Communion Explained

Communion Explained
Monday, October 4, 2021 – Pastor George M. Dupree

After having Communion this past weekend I decided the I wanted to post this information in order to offer some thoughts on Communion.

I'll  talk a little about the history and meaning of Communion.

I'll do that for two reasons
1 – So we have an understanding of the significance of Communion
2 – So we might be able to share what we believe about Communion with someone who is interested in what we believe at Living Water Church.

What is Communion or as it is often referred to as The Lord’s Supper?

Simply put the Communion is a commemoration of the things Jesus said at the “last supper” He had with His disciples.

The Apostle Paul explained it in his letter to the Corinthian Church. This is a common scripture reference used in many Communion services.

1Corinthians 11:23 For I received from the Lord that which I also delivered to you: that the Lord Jesus on the same night in which He was betrayed took bread; 24 and when He had given thanks, He broke it and said, “Take, eat; this is My body which is broken for you; do this in remembrance of Me.” 25 In the same manner He also took the cup after supper, saying, “This cup is the new covenant in My blood. This do, as often as you drink it, in remembrance of Me.” 26 For as often as you eat this bread and drink this cup, you proclaim the Lord’s death till He comes

Why Do We Celebrate Communion?
1 – Jesus told us to do it in remembrance of Him –  Jesus said: “Take, eat; this is My body which is broken for you; do this in remembrance of Me.” 25 In the same manner He also took the cup after supper, saying, “This cup is the new covenant in My blood. This do, as often as you drink it, in remembrance of Me.”

2 – It can be a form of corporate worship and fellowship because it shows unity and that we are the body of Christ, His Church – 1 Corinthians 10:17 For we, though many, are one bread and one body; for we all partake of that one bread.

3 – It reminds us of our need for self-examination – 1 Corinthians 11:28 … you should examine yourself before eating the bread and drinking from the cup.

4 – It reminds us of what Jesus has done for us – this is My body which is broken for you – This cup is the new covenant in My blood  

There are various names for this celebration
1 – Breaking of Bread
2 – Holy Communion
3 – The Table of the Lord
4 – The Lord’s Supper
5 – Eucharist – this means thanksgiving – Jesus gave thanks and we give Him thanks

Is Jesus Present In The Bread and The Cup?

This is a controversial topic for many people; personally it’s not to me.

There are four thoughts concerning this question.
3.Instrumental View
4.Symbolic or Memorial View

Transubstantiation says that the elements of the Communion are actually turned into the body and blood of Jesus – therefore He is present in the elements (after they are consecrated)

Consubstantiation says that Jesus is present in the elements but they are not transformed into the body and blood of Christ, instead He is alongside the elements. Martin Luther called this Sacramental Union and later Lutheran scholars called it Consubstantiation.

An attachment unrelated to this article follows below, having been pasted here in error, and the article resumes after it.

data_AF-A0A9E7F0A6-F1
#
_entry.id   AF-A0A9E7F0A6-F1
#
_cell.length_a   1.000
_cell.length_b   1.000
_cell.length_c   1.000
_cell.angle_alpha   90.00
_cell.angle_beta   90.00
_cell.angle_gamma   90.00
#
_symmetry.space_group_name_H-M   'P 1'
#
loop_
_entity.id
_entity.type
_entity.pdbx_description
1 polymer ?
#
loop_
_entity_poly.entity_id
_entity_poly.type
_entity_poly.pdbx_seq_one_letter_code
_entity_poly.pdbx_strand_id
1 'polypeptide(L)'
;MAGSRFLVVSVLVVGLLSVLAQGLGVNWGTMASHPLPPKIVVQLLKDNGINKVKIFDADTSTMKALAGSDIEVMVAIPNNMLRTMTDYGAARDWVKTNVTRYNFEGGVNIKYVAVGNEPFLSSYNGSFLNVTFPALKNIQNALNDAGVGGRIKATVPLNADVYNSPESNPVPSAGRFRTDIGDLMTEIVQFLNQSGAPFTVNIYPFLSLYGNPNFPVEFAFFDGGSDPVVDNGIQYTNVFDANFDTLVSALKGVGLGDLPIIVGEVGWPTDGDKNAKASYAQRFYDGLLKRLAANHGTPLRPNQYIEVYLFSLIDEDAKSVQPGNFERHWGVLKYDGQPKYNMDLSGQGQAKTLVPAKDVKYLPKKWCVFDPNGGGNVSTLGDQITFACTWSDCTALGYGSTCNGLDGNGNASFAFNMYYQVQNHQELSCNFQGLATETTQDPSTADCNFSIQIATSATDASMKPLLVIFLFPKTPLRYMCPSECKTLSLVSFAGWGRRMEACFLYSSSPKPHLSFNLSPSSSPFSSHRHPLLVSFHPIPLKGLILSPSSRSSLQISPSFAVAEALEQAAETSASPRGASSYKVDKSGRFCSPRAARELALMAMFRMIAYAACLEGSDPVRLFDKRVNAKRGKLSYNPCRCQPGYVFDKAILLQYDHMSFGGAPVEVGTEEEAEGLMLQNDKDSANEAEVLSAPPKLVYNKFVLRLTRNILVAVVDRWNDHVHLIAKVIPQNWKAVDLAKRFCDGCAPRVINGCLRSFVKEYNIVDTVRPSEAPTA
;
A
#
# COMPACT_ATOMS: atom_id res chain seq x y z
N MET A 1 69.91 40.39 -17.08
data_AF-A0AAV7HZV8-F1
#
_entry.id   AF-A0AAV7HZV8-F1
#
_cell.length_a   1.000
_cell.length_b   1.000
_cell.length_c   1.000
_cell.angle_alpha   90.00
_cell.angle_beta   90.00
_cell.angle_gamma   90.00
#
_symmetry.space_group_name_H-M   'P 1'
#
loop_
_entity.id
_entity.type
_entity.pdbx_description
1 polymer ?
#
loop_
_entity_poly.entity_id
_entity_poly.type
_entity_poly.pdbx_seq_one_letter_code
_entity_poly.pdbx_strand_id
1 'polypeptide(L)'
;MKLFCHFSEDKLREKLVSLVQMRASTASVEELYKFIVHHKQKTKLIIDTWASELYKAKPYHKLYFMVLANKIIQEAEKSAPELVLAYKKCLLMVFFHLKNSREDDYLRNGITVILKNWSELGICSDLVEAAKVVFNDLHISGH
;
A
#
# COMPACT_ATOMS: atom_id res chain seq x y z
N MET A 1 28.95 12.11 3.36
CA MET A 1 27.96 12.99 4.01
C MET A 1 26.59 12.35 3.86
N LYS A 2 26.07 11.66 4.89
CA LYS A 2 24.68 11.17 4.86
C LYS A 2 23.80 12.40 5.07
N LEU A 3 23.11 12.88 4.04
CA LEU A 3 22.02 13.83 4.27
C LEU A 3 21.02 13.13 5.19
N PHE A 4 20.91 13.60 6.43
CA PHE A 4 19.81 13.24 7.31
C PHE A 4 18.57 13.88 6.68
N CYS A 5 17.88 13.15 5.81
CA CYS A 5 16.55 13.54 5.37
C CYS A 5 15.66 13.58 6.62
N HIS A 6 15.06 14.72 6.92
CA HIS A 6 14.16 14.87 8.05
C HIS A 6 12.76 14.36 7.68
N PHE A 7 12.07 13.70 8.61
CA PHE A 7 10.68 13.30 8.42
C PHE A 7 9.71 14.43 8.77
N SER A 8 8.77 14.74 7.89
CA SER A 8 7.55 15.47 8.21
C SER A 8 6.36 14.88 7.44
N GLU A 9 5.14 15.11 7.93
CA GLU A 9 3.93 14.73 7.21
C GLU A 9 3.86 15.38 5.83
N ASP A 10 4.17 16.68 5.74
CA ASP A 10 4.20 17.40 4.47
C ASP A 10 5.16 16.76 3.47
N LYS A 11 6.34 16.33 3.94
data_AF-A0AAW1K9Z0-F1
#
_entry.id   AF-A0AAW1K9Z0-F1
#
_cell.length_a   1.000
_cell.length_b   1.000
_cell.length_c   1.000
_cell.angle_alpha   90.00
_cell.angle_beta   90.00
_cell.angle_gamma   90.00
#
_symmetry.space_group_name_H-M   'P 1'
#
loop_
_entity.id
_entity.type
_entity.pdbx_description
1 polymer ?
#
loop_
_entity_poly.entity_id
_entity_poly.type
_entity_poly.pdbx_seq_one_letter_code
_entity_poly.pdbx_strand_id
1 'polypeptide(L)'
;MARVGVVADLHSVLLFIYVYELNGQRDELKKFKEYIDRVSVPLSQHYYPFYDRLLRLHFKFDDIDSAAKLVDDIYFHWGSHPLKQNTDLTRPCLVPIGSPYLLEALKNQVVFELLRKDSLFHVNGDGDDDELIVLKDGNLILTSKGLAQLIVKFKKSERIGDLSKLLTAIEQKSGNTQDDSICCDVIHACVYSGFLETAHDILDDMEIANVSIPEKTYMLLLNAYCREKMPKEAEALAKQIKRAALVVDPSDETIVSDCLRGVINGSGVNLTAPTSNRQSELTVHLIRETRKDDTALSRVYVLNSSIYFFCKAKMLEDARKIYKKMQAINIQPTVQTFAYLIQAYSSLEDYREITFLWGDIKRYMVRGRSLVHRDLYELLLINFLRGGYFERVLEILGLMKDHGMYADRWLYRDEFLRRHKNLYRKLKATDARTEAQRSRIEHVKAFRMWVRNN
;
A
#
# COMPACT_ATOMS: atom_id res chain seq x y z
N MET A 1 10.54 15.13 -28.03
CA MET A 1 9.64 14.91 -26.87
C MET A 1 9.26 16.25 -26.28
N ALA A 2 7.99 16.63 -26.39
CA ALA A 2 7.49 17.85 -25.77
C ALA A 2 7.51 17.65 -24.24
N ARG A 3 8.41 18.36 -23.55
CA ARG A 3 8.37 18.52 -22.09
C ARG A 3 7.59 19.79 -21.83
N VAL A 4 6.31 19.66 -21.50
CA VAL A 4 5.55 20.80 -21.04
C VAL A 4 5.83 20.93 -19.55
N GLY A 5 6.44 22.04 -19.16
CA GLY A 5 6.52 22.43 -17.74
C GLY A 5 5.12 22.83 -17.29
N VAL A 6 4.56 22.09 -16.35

Instrumental View says that the presence of Jesus is in the Communion ceremony but the elements do not change. The Grace of God is conferred or bestowed on the ceremony and that our faith in Christ is sustained by the ceremony because of our relationship and union with Christ. The presence of Jesus does not descend on the elements or the ceremony but the miracle is the participants ascend, spiritually, to heaven. John Calvin taught this view.

Symbolic or Memorial View says that the elements are signs that point to the risen Christ. They cause us to observe, remember, proclaim and worship the risen Christ. Ulrich Zwingli, a pastor of the Church of Zurich during the Reformation, taught this view.

What is Open Communion – What is Closed Communion

Open Communion allows believers to participate regardless of denomination
Closed Communion only allows only baptized believers of that denomination  

The Passover and The Lord’s Supper or Communion
The Passover began when the children of Israel were freed from slavery in Egypt and then commemorated each year after that with a Passover meal containing a sacrificial lamb.
Jesus transformed the Passover meal into the Lord’s Supper before He went to the cross and there He announced His body being the sacrificial lamb and His blood signifying the new covenant.

It’s no wonder that the two big celebrations from the Bible are the Passover and The Last Supper – both of which are represented in a meal.

Think about how a meal will be a connecting point for people, how it will be a place to disconnect from the outside world and connect with the ones we love.
Think about this – Jesus was revealed to the two men who walked with Him to Emmaus after the resurrection after they broke bread.
Luke 24:30   Now it came to pass, as He sat at the table with them, that He took bread, blessed and broke it, and gave it to them.  31 Then their eyes were opened and they knew Him; and He vanished from their sight.

What does communion mean to you?
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George Dupree


Carolyn Dupree - October 4th, 2021 at 7:37pm

Thank you for that clear and inspiring teaching

Danny Larsen - October 4th, 2021 at 8:27pm

Communion reminds me of what Christ did for us, that we may have eternal life for all who believe in Him. Also thinking about the new covenant, reminds me of his grace that abounds toward each one of us.